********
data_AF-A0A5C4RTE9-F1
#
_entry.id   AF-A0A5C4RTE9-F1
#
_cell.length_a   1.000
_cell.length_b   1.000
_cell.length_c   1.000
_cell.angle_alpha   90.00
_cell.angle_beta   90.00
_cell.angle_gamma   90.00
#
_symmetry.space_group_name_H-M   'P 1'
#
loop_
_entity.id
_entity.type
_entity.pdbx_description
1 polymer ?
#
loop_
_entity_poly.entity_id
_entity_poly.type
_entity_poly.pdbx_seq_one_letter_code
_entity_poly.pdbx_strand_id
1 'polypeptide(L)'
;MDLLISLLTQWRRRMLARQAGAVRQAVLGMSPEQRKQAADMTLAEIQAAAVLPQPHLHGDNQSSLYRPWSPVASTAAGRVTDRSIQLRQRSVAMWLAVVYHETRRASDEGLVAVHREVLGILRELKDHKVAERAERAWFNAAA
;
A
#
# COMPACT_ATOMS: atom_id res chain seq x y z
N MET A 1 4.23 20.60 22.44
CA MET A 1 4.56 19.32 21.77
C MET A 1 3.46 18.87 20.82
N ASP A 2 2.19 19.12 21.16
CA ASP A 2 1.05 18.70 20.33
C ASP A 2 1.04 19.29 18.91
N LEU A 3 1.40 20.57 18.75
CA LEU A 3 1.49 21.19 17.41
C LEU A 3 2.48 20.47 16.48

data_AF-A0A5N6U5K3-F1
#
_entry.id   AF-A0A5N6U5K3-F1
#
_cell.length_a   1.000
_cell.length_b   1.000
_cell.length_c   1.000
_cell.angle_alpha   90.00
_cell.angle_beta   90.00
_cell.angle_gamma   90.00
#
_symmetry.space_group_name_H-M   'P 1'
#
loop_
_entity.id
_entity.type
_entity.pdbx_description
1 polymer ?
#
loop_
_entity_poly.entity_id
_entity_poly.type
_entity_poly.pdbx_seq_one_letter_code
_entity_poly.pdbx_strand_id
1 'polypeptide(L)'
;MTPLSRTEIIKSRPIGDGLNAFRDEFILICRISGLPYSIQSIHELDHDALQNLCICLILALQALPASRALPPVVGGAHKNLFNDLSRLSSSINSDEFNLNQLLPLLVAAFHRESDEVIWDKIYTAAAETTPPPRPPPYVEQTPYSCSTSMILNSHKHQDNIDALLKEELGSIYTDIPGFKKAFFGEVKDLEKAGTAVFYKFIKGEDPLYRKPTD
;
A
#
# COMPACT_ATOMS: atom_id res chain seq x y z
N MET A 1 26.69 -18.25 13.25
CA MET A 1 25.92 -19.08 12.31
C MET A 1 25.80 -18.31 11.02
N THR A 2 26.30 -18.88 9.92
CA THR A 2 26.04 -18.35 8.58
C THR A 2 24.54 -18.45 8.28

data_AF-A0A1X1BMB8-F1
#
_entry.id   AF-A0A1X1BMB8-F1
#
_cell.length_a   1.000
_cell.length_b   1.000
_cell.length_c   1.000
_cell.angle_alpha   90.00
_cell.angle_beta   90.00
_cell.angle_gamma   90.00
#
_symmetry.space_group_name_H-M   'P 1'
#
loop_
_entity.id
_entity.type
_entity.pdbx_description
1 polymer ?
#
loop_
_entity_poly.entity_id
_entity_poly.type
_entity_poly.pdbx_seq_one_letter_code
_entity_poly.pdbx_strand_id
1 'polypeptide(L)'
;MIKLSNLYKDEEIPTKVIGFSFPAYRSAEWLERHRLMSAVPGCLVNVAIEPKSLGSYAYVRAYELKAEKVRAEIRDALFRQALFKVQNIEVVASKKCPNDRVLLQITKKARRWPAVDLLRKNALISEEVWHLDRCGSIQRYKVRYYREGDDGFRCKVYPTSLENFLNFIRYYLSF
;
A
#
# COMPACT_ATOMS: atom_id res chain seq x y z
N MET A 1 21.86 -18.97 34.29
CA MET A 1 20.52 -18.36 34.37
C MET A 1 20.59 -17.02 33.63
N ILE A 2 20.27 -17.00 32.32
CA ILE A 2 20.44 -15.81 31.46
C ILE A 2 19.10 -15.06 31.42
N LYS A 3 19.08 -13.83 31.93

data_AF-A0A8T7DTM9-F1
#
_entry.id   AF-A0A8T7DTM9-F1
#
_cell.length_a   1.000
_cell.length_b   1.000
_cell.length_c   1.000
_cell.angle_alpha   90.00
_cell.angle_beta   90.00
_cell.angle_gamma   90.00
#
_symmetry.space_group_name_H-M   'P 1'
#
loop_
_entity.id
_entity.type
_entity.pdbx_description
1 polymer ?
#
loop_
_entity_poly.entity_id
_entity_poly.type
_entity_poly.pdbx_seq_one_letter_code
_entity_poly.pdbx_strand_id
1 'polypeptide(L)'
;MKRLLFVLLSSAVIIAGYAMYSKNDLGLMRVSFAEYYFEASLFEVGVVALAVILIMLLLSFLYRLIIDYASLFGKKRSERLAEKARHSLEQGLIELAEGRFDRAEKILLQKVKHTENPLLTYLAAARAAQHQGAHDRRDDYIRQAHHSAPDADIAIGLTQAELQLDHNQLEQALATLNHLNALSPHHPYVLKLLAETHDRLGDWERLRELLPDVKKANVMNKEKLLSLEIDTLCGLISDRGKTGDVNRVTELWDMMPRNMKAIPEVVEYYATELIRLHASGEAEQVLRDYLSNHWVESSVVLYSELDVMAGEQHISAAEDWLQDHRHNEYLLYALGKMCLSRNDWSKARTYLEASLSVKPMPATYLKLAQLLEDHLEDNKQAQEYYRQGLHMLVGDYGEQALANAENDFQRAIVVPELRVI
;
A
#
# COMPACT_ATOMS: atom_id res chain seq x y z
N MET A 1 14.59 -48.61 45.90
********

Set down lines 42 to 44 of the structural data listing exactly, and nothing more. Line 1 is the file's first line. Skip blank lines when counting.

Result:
_entry.id   AF-A0A5N6U5K3-F1
#
_cell.length_a   1.000